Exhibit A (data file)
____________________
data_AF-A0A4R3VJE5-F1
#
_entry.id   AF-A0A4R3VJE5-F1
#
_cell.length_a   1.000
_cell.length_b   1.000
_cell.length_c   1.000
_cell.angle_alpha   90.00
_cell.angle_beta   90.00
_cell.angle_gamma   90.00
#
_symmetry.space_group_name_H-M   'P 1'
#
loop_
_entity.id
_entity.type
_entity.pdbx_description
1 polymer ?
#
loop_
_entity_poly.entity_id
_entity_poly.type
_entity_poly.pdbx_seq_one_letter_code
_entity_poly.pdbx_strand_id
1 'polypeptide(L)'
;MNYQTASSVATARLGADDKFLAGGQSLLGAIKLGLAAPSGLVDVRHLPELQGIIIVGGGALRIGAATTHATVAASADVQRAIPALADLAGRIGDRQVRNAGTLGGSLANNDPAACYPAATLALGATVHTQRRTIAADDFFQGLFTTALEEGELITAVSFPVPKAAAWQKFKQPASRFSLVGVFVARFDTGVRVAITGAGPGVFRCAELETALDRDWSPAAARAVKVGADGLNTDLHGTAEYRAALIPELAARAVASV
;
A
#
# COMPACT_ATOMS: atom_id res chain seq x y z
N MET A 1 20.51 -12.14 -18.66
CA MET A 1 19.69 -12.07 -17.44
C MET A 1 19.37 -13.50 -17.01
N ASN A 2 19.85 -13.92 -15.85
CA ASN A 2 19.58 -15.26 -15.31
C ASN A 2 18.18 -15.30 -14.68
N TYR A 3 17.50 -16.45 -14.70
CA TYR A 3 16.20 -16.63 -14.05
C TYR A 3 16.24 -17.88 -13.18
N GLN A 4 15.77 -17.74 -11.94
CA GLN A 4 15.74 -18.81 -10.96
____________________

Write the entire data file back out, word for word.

data_AF-A0A4R3VJE5-F1
#
_entry.id   AF-A0A4R3VJE5-F1
#
_cell.length_a   1.000
_cell.length_b   1.000
_cell.length_c   1.000
_cell.angle_alpha   90.00
_cell.angle_beta   90.00
_cell.angle_gamma   90.00
#
_symmetry.space_group_name_H-M   'P 1'
#
loop_
_entity.id
_entity.type
_entity.pdbx_description
1 polymer ?
#
loop_
_entity_poly.entity_id
_entity_poly.type
_entity_poly.pdbx_seq_one_letter_code
_entity_poly.pdbx_strand_id
1 'polypeptide(L)'
;MNYQTASSVATARLGADDKFLAGGQSLLGAIKLGLAAPSGLVDVRHLPELQGIIIVGGGALRIGAATTHATVAASADVQRAIPALADLAGRIGDRQVRNAGTLGGSLANNDPAACYPAATLALGATVHTQRRTIAADDFFQGLFTTALEEGELITAVSFPVPKAAAWQKFKQPASRFSLVGVFVARFDTGVRVAITGAGPGVFRCAELETALDRDWSPAAARAVKVGADGLNTDLHGTAEYRAALIPELAARAVASV
;
A
#
# COMPACT_ATOMS: atom_id res chain seq x y z
N MET A 1 20.51 -12.14 -18.66
CA MET A 1 19.69 -12.07 -17.44
C MET A 1 19.37 -13.50 -17.01
N ASN A 2 19.85 -13.92 -15.85
CA ASN A 2 19.58 -15.26 -15.31
C ASN A 2 18.18 -15.30 -14.68
N TYR A 3 17.50 -16.45 -14.70
CA TYR A 3 16.20 -16.63 -14.05
C TYR A 3 16.24 -17.88 -13.18
N GLN A 4 15.77 -17.74 -11.94
CA GLN A 4 15.74 -18.81 -10.96